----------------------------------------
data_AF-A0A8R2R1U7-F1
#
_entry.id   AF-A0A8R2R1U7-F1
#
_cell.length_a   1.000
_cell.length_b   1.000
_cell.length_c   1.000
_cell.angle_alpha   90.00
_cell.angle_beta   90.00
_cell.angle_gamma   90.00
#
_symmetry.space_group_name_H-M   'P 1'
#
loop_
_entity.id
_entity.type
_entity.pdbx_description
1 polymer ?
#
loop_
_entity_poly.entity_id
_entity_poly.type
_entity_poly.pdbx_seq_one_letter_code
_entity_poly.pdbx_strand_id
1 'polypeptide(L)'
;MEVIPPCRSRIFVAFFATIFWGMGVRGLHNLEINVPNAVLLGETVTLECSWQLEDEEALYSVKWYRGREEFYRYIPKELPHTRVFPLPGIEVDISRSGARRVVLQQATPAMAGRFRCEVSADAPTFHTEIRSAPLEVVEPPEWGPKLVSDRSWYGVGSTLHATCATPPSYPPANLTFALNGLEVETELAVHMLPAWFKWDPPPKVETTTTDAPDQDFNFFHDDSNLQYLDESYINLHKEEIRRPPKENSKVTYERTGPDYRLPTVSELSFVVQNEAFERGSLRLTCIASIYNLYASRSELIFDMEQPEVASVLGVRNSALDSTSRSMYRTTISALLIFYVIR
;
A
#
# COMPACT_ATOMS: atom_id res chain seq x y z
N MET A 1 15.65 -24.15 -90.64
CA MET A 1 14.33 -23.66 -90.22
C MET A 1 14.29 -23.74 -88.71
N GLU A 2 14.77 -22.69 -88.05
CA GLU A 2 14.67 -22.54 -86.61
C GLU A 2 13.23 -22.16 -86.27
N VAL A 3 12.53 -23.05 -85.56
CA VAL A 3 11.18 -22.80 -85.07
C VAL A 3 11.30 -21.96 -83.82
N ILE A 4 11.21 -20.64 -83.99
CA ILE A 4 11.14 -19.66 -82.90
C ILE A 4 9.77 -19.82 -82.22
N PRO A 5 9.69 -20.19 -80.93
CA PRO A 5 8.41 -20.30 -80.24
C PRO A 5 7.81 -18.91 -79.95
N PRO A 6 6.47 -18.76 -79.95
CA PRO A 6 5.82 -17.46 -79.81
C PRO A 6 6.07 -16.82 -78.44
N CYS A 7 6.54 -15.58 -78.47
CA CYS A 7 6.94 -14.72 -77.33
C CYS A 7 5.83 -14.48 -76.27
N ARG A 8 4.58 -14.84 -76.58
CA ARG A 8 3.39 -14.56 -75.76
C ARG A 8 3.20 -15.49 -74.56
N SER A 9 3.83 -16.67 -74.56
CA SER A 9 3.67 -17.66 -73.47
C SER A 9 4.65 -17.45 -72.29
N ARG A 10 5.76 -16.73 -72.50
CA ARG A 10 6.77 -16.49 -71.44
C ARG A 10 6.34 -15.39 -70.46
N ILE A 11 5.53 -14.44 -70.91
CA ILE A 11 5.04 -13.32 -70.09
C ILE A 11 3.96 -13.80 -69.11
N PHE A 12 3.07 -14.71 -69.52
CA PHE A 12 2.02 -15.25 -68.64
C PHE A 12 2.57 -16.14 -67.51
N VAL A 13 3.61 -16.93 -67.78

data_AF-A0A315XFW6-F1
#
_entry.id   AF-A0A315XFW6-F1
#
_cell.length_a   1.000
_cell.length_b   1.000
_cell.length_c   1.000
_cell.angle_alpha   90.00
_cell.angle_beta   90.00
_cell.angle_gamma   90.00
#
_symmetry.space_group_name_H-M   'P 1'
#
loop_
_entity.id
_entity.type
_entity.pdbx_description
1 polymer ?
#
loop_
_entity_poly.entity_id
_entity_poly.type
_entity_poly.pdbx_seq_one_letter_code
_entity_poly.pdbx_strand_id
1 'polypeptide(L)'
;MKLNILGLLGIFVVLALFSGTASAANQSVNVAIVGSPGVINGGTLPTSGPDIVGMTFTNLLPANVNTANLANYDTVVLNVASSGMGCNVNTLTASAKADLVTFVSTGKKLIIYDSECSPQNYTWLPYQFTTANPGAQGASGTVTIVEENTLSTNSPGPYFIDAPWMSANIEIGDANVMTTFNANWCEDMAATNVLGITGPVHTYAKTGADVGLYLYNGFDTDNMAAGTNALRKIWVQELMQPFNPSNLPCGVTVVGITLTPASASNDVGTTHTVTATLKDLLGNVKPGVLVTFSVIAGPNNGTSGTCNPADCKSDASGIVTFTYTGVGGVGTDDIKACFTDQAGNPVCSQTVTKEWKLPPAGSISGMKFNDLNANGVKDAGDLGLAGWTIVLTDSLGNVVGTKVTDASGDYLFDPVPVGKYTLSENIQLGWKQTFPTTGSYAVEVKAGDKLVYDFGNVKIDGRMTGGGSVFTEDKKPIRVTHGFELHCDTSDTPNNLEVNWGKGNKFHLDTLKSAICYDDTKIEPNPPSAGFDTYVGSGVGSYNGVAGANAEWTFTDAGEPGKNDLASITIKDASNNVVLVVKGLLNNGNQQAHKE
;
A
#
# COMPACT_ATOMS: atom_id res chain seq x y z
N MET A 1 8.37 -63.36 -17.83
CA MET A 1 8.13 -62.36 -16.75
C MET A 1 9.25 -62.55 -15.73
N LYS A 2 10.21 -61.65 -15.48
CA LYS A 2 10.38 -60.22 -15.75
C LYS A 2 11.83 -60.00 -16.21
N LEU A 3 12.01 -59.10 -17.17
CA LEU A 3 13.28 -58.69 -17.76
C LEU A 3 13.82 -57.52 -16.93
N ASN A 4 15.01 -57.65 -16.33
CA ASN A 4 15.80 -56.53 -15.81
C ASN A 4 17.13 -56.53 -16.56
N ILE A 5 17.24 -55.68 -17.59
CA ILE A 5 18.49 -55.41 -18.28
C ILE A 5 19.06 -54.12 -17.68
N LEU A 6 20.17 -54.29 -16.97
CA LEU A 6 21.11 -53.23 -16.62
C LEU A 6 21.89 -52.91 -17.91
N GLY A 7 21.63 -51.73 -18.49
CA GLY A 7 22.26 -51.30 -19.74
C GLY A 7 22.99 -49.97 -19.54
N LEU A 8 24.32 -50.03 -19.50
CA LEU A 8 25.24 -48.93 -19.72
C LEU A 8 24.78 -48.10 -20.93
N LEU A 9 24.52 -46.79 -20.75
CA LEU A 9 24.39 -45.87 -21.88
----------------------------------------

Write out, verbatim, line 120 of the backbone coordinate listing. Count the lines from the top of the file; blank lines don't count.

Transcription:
CA LEU A 8 25.24 -48.93 -19.72